Yunnan Tea Journey Day 4: Jingmai
None of us wanted to leave Jinghong. Xis-huang-banna!
As always with Ke Ke in the lead, we were in for improvisatory, itinerary-veering delight.
On the roads out of the Jinghong valley we were stopped at a checkpoint by the army. Our driver pulls to the side of the road. Zhuping explains that because we're so close to the Myanmar border, these are quite routine. A young soldier steps into the bus, he looks like he might be nineteen. Zhuping and Guo are speaking Mandarin (which to the untrained ear can sound inflammatory) to the soldier but he doesn't break his gaze from us. He asks to see our passports.
This soldier is about one of five, one of whom is carrying an assault rifle so comically futuristic it looks like a toy. We sit, for a while. We can see the soldier photographing each of our passports. He'll probably file a report later today with our information. Somebody cries out we were stopped because Raj (an Assamese Indian) is sitting shotgun. Everyone laughs, uneasily. The soldier comes back with our passports and we continue.
We arrive at the green, iron gates of a government facility: The Yunnan Tea Institute. A group of men descend the stairs to greet us. There's a golden statue of Lu Yu in the courtyard. One of Ke Ke's close friends takes us on a brief tour of the facility. It was established in 1938, the first in Yunnan with a bent on studying the cultivation and processing of green, pu'er and black teas produced in the region—their terroirs, histories and varieties.
Behind the lab and office building up front there's an expansive set of gardens in the back with each variety planted in a single garden. Our guide talks to us, plant by plant: there's Yunkang 10, Zi Juan and even a Jin Xuan they have growing there. At the back of the facility there's a tribute to the Tea Horse Road including a recreated village from the era. Behind that: a Tae Tea pu'er shop.
We have lunch at an apparently nationally famous BBQ Chicken Shack. It's not even a shack, but a nondescript garage-door on a major highway that opens to reveal a table and chairs. I didn't have the chicken but apparently President Xi has eaten there. While we're chowing, a woman runs her scooter into our bus. This is a big deal because all accidents (even this minor ding) have to reported in China and our driver is responsible to his company for any damagers incurred. Sure enough, the police show up and take a detailed, photographic report of what is essentially a scratch.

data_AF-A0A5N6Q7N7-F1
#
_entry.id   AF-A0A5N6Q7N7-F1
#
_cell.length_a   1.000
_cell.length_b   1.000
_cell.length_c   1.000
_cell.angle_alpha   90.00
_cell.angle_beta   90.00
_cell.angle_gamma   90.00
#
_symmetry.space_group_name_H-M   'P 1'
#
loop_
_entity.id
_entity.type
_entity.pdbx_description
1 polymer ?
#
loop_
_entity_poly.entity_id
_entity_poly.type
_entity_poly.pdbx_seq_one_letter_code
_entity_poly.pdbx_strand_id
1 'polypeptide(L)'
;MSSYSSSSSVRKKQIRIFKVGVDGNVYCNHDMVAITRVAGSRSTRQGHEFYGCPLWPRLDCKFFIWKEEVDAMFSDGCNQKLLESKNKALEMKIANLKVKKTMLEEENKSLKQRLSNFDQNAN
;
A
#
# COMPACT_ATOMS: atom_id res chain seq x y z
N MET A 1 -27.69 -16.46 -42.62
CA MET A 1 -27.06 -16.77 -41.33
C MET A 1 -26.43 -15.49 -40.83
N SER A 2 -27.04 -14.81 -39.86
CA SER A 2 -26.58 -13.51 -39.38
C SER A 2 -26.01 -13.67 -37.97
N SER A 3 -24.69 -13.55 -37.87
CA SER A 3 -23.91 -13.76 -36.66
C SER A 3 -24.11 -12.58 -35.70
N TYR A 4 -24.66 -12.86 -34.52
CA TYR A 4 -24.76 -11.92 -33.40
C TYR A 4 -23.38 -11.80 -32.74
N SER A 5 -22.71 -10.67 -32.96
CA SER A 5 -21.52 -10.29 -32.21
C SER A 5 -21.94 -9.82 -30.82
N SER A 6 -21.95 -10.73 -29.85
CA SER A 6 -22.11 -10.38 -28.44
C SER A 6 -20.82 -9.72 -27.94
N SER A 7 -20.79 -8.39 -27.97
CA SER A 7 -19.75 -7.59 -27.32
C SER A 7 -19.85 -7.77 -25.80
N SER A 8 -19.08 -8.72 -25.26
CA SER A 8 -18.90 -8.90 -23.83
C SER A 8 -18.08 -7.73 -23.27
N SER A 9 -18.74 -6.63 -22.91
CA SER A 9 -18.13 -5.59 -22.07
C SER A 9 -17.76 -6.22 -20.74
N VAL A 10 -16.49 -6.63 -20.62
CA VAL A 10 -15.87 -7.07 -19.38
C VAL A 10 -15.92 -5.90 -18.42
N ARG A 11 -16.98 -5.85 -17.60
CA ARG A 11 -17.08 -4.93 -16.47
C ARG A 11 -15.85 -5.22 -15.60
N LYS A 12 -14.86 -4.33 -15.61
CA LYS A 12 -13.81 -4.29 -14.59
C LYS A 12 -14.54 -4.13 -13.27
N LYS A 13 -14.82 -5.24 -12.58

Winding through mountain roads, we climb to an elevation of 1,200 meters or so on our way to Jingmai Mountain Range. The highway streetlamps are made to look like tea buds. We get stopped by another army checkpoint. Once again, they ask to see our passports. Once again, they let us go. Now we've hit a part of the inner tea lands that's a familiar feeling from my time in Taiwan. You're in a place so remote, so quiet and misty that it doesn't feel like you're anywhere at all. The meandering mountain roads make even simple travel complex.
When we arrive at Jingmai there's another checkpoint—not military, only simply to see that we're not smuggling any tea leaves (or other plant matter) into the range. As we pull through the gate the paved road turns to cobblestone and we bump the rest of our way to the top. What's immediately noticeable about Jingmai, other than its remoteness and a few Eastern Chinese tourists, is that tea is everywhere. Half-wild plants cover the mountains. Not in neat terraces, but in overgrown groves. Actually, the first thing you notice is the smell. When you walk outside it smells immediately like wildflower honey.
Our small hotel is at 1,400 meters elevation. It's half modern tea processing plant and half resort-like hotel. The cries of half a dozen jungle birds I've never heard fill the wet, sweet air. The rooms are in the back and, if you were to screw your eyes up enough, you might think it was a cabin hotel somewhere in Washington state. There's a couple of Bulang (the minority people native to Jingmai) porter boys stoking a smoky fire. They're preparing to make Bulang Roast Tea, which I have to admit doesn't sound particularly appealing.